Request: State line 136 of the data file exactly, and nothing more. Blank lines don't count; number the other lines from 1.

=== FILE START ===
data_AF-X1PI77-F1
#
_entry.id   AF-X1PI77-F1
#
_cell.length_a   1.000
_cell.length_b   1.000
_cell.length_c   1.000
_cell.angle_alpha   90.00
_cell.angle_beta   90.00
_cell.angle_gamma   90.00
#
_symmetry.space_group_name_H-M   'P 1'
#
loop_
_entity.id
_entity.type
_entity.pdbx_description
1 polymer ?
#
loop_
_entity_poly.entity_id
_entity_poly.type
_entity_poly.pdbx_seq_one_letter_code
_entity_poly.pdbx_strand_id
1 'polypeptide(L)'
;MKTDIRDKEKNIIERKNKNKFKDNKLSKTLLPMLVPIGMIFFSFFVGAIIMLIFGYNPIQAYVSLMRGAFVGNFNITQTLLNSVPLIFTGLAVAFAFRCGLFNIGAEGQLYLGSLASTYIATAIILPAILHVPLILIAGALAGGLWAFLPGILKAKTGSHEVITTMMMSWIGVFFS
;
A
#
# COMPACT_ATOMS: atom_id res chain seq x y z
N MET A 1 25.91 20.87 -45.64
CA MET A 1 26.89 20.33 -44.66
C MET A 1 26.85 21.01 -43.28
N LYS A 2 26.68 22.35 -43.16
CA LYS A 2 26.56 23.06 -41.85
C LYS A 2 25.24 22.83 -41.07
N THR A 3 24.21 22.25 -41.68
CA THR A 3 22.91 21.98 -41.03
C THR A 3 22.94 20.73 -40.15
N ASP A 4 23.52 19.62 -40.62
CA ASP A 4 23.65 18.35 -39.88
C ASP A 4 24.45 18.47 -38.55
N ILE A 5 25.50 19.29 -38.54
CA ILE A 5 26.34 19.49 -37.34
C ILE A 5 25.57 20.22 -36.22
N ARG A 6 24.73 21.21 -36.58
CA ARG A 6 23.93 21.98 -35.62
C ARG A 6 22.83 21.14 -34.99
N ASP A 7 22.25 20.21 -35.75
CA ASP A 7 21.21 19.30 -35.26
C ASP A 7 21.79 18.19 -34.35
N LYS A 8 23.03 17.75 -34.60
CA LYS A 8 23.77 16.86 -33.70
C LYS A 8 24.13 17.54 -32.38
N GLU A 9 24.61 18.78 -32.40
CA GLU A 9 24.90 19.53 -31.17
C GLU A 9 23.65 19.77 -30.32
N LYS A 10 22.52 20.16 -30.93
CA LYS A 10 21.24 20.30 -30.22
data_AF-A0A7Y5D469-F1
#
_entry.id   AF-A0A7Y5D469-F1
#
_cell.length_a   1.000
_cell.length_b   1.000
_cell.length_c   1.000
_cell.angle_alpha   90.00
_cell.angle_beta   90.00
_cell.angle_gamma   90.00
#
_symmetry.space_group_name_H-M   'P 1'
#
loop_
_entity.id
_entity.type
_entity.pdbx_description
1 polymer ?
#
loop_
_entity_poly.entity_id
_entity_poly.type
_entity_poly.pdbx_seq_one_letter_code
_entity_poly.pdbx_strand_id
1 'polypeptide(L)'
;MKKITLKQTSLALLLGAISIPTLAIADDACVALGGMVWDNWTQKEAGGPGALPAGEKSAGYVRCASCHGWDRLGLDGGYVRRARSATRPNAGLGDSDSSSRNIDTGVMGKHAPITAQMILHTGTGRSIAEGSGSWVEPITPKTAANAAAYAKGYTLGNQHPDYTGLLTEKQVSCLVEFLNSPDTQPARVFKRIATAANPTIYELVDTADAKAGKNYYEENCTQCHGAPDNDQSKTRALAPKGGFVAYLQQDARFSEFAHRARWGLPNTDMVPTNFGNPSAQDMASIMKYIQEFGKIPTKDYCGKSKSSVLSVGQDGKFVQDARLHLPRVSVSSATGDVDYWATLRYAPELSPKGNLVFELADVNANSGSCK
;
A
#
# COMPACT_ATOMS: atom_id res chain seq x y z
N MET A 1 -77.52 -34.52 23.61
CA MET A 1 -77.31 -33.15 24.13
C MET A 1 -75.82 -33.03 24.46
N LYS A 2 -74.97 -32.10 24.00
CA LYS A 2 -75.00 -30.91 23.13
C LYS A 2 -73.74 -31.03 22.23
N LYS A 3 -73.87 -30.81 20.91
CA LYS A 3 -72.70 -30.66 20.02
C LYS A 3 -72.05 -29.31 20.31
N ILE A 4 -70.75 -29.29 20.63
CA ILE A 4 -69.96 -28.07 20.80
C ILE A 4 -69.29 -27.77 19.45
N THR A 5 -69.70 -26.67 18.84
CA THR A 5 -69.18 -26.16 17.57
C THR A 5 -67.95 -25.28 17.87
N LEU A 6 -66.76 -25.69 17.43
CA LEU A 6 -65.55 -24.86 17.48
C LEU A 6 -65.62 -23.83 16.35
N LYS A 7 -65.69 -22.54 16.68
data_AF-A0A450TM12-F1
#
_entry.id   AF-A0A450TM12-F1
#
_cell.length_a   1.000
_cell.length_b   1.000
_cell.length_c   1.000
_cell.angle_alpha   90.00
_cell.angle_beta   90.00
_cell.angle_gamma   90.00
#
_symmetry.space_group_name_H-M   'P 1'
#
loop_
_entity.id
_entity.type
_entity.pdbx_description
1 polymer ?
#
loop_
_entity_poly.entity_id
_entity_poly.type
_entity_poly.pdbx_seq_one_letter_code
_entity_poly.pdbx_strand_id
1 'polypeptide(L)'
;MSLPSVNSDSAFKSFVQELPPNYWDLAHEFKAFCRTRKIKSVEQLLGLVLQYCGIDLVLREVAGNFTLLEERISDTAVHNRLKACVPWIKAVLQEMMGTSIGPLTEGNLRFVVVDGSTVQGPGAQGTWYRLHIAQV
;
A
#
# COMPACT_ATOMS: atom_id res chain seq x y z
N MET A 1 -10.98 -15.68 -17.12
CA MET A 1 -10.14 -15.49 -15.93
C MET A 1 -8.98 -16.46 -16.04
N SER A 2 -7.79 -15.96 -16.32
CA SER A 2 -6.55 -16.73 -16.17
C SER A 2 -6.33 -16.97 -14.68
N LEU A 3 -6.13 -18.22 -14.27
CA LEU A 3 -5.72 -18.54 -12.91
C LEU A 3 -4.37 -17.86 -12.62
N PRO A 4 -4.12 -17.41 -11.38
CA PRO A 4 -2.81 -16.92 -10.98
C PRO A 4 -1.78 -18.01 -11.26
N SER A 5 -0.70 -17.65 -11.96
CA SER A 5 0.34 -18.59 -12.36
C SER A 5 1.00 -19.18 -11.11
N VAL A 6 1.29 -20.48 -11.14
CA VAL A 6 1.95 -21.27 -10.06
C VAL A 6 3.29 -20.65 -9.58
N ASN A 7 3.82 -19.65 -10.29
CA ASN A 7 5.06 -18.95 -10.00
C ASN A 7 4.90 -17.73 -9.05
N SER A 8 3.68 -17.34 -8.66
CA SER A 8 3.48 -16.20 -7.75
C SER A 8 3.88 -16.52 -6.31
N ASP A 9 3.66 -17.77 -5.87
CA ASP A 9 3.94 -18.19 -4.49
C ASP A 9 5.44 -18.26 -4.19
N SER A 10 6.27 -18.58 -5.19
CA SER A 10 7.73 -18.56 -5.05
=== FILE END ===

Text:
A